Thu, Oct 17, 2019 - Page 3 News List

Ko’s stance on Dome in line with Hau, Ma: ex-aide

By Lee I-chia  /  Staff reporter, with CNA

Former Taipei Department of Urban Development commissioner Lin Jou-min speaks to reporters at a news conference in Taipei yesterday.

Photo: Wang Yi-sung, Taipei Times

Taipei Mayor Ko Wen-je’s (柯文哲) position on the Taipei Dome debacle has become aligned with that of his Chinese Nationalist Party (KMT) predecessors, Hau Lung-bin (郝龍斌) and Ma Ying-jeou (馬英九), former Taipei Department of Urban Development commissioner Lin Jou-min (林洲民) said yesterday.

Lin, an architect, made the remark at a news conference in Taipei, where he joined New Power Party Legislator Huang Kuo-chang (黃國昌) in announcing the launch of the Housing Right Reform Union.

Lin was commissioner under Ko from 2014 to last year. In May 2015, he ordered Taipei Dome contractor Farglory Land Development Co to halt construction due to public safety concerns.

Lin has often defended the Taipei City Government’s decision and insisted that Farglory must return to the Taipei Dome’s original design to ensure its safety before receiving approval from the Taipei Urban Design Review Committee to resume construction.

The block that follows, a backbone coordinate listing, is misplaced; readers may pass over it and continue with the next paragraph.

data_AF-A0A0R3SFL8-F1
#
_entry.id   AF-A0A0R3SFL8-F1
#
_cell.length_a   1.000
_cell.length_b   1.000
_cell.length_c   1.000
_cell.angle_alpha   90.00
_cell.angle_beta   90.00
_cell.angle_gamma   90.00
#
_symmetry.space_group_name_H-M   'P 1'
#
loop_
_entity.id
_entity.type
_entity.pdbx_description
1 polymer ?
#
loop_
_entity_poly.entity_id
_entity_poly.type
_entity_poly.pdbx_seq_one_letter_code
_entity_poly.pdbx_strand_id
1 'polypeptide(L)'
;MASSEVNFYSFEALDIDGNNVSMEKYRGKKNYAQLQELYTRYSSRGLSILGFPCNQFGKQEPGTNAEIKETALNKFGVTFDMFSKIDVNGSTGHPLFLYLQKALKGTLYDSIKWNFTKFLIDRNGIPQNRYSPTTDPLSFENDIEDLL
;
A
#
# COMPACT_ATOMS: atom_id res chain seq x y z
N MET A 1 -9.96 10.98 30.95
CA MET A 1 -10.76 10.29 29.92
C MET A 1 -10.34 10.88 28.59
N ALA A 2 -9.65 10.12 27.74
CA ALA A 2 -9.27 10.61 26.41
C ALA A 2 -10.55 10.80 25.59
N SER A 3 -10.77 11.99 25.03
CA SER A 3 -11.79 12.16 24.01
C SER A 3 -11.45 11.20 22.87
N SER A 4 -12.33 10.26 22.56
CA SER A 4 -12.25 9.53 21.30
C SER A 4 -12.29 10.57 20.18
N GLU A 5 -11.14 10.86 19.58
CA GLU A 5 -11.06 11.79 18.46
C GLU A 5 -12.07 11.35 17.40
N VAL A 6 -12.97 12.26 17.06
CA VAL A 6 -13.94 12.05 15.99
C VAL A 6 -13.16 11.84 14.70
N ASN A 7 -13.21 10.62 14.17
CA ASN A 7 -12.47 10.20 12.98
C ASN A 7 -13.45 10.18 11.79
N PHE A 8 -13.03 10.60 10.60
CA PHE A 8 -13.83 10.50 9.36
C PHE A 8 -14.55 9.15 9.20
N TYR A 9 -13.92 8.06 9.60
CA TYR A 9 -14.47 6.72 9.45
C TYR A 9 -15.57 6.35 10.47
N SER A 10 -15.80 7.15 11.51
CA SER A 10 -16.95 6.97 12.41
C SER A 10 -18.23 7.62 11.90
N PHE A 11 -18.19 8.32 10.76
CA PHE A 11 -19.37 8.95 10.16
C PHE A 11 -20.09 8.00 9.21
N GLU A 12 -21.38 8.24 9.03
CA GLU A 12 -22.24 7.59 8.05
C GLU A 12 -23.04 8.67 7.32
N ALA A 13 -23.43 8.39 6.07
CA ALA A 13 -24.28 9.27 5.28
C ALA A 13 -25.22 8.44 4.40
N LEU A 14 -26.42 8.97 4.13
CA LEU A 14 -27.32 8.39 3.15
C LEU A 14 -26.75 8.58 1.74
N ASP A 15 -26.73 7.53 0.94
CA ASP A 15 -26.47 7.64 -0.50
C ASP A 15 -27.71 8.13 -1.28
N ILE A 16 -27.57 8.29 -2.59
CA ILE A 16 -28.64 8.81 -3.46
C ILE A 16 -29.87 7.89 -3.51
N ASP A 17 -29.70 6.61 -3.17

However, despite no computer simulations of emergency evacuation scenarios and numerous questions by Taipei city councilors left unanswered, the committee on Monday approved Farglory’s most recent design, only requiring it to make a few modifications.

Speculation on whether the decision was ordered by Ko has grown, as the mayor earlier that day told the Taipei City Council for the first time that the project could be completed during his term in office.

Lin on Monday evening criticized the committee’s decision as “pitiful and pathetic.”

Asked whether he believed that Ko ordered the department to let Farglory pass the review, Lin yesterday appeared to suggest that he believed the mayor did.

“What do you think? I have a good nose, eyes and reflexes, so my feeling should be the same as yours,” Lin said.

The design passed the review because two important parameters — “spectators’ unfamiliarity with the venue” and “panic during evacuation” — were removed from the simulation, he said.

The simulation was run without approximating the “worst-case scenario,” he added.

“The reality is that the first thing people do when they go see a ball game is buy popcorn, not look for the emergency exits,” Lin said, adding that people might panic during an emergency and look for their relatives, which would slow down an evacuation.

No other major venue could be approved without evacuation simulations considering those two factors, he said.

Asked if he thought Ko has changed, Lin said that the mayor’s attitude toward the project has certainly changed and is now aligned with that of Hau and Ma.

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